Aim Relationships between elevation and litter-dweller harvestman (Arachnida: Opiliones) species richness along three elevational gradients in the Brazilian Atlantic Forest were evaluated. Specifically, three candidate explanatory factors for the observed patterns were tested: (1) the mid-domain effect, (2) the Rapoport effect, and (3) the influence of environmental variables on species density and specimen abundance.
Location Cuscuzeiro, Corcovado and Capricórnio mountains, in Ubatuba (23°26′ S, 45°04′ W), a coastal municipality in São Paulo state, south-eastern Brazil.
Methods We recorded harvestman species and abundance through active sampling using 8 × 8-m plots in both summer and winter. At each plot we measured the temperature, humidity and mean litter depth. Harvestman species richness per elevational band was the sum of all species recorded in each band, plus the species supposed to occur due to the interpolation of the upper and lower elevational records. Differences between observed and expected species richness per elevational band, based on the mid-domain effect, were examined through a Monte Carlo simulation. The Rapoport effect was evaluated using both the midpoint method and a new procedure proposed here, the ‘specimen method’. We applied multiple regression analysis to evaluate the contribution of each environmental variable (elevation, temperature, humidity and litter depth) on species density and specimen abundance per plot.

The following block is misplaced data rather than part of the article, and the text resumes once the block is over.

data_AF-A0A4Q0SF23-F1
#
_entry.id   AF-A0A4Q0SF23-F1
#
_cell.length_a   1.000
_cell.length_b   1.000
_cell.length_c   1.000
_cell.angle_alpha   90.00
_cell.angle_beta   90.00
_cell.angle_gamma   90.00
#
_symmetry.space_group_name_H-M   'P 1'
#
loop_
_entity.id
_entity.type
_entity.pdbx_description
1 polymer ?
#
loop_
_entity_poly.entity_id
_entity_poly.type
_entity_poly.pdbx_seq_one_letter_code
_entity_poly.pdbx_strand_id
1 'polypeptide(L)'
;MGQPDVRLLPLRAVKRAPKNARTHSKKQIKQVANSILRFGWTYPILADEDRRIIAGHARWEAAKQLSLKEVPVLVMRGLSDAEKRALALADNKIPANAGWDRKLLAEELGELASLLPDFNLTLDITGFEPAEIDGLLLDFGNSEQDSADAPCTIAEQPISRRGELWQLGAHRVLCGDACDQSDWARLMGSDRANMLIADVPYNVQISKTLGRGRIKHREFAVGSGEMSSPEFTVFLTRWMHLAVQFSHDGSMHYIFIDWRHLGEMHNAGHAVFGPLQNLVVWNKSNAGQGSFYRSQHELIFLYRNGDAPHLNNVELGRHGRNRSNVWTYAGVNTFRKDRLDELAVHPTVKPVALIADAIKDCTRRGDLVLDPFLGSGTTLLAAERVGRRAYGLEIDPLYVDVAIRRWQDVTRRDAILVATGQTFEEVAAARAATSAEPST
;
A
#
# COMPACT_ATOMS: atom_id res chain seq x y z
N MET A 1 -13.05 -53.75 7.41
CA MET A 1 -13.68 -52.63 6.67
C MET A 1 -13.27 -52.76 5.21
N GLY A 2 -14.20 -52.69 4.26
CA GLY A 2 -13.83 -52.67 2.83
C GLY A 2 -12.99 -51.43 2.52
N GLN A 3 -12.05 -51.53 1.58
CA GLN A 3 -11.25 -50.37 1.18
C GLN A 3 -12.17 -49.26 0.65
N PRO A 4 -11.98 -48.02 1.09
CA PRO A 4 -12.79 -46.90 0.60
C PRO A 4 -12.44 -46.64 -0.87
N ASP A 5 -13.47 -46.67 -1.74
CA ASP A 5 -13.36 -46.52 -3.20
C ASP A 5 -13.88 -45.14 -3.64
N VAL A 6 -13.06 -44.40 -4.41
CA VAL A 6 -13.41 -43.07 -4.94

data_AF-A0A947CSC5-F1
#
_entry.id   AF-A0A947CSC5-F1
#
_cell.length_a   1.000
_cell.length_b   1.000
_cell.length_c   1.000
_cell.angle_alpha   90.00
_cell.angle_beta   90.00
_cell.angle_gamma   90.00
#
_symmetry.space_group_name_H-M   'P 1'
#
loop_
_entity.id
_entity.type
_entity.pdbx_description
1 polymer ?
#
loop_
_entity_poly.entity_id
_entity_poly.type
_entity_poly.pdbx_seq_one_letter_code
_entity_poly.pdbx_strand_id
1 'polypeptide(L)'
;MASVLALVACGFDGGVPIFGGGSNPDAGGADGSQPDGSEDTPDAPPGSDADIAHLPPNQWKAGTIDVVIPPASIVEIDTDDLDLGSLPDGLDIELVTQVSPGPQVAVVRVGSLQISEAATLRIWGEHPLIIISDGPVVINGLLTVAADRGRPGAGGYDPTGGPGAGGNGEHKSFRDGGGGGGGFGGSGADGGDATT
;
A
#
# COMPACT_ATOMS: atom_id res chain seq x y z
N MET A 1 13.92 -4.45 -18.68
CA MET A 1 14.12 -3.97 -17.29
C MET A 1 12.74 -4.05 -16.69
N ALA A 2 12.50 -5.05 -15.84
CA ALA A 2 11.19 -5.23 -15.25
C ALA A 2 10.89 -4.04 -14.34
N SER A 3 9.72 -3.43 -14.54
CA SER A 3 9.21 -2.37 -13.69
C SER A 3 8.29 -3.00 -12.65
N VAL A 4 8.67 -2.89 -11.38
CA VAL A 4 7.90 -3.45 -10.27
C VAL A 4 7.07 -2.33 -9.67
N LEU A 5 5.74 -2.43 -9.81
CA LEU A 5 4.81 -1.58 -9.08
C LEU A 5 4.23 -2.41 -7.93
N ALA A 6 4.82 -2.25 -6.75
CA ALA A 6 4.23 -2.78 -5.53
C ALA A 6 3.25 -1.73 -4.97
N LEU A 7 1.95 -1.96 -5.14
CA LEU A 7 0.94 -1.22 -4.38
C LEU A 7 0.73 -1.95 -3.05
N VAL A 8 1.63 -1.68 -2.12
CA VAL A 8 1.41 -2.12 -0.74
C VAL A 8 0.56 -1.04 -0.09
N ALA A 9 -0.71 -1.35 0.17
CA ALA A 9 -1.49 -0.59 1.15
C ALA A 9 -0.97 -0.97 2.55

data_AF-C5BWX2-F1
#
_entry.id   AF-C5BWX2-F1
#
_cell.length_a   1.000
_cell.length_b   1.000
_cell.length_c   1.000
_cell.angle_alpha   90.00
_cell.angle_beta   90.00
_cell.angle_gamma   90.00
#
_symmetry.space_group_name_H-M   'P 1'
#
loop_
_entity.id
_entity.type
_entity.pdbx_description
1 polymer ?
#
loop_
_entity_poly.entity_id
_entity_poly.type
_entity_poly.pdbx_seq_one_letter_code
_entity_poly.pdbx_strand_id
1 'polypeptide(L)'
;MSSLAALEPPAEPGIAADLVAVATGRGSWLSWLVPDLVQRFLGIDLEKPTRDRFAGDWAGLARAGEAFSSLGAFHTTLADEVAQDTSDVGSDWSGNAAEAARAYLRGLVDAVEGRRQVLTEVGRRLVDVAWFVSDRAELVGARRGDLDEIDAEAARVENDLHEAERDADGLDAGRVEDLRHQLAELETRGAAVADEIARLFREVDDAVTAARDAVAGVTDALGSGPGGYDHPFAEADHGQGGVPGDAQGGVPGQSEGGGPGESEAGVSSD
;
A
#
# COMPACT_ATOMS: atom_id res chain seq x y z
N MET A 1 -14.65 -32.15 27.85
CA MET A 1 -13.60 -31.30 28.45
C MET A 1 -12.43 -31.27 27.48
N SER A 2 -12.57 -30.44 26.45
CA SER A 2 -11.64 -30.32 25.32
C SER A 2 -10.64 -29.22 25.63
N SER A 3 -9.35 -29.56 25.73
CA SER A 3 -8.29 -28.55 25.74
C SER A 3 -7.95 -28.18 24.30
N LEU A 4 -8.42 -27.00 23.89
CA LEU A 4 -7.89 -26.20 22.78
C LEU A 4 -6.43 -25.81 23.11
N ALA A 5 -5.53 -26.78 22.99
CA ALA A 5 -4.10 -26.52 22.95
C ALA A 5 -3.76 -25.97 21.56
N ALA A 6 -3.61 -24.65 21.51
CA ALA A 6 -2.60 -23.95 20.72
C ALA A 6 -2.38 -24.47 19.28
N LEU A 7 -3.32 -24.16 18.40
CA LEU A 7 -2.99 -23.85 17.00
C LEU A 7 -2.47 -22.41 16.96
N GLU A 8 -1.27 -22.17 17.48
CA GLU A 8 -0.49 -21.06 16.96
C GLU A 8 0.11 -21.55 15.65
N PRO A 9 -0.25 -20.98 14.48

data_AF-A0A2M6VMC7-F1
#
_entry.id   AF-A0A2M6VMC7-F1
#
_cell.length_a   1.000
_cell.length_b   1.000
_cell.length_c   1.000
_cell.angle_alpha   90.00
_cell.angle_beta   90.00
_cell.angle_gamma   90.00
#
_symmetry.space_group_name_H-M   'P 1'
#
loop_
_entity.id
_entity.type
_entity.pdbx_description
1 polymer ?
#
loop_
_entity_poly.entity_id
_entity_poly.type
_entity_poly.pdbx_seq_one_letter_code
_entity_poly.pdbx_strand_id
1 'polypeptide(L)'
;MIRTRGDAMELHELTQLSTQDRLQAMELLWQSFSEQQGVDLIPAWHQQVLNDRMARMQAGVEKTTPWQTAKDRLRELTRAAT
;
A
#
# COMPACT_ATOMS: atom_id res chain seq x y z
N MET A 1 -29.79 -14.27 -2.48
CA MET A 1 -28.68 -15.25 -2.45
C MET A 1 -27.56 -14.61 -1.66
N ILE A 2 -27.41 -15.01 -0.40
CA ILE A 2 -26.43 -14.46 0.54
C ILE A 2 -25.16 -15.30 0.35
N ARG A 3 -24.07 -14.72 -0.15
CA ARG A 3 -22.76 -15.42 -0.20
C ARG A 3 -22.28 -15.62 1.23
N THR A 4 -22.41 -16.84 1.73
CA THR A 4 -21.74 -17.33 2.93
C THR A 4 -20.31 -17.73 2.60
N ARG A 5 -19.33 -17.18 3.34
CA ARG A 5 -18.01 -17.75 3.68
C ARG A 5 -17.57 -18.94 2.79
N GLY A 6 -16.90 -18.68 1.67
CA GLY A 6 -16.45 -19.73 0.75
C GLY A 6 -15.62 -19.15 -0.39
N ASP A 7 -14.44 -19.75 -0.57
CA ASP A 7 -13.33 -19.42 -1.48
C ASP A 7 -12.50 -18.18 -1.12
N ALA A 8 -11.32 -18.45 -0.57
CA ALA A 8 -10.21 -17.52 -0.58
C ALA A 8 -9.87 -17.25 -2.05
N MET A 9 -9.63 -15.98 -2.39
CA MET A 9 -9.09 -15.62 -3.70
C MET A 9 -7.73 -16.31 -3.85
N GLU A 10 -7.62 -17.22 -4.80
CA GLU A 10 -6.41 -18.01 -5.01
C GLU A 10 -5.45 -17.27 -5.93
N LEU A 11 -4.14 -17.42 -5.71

Results Harvestman abundance and species richness decreased at higher elevations in the three mountains. The decrease in species richness was not monotonic and showed a plateau of high species richness at lower elevations. The number of harvestman species per elevational band does not fit that predicted by the mid-domain effect based solely on geometric constraints assuming hard boundaries. Species with their midpoints at higher elevations tended to cover broader elevational range sizes. Both the midpoint method and the specimen method detected evidence of the Rapoport effect in the data. At fine spatial scales, temperature and humidity had positive effects on species density and specimen abundance, while mean litter depth had no clear effect. These relationships, however, were not constant between seasons.
Main conclusions Our results suggest that harvestman species density declines at higher elevations due to restrictions imposed by temperature and humidity. We found a pattern in species range distribution as predicted by the elevational Rapoport effect. However, the usual rescue effect proposed to explain the Rapoport effect does not apply in our study. Since the majority of harvestman species covering broader elevational ranges do not exhibit reduced abundance at low elevations, an alternative rescue effect is proposed here. According to this alternative rescue effect, the decrease in species richness at higher elevations occurs due to differential upper limits of species with source populations below mid-elevations. The seasonal differences in the relationships between environmental variables and species richness/specimen abundance per plot is an indication that species occurrence on elevational gradients is seasonally dependent. Thus relationships and hypotheses based on data recorded over short time periods, or in a single season, should be viewed cautiously.
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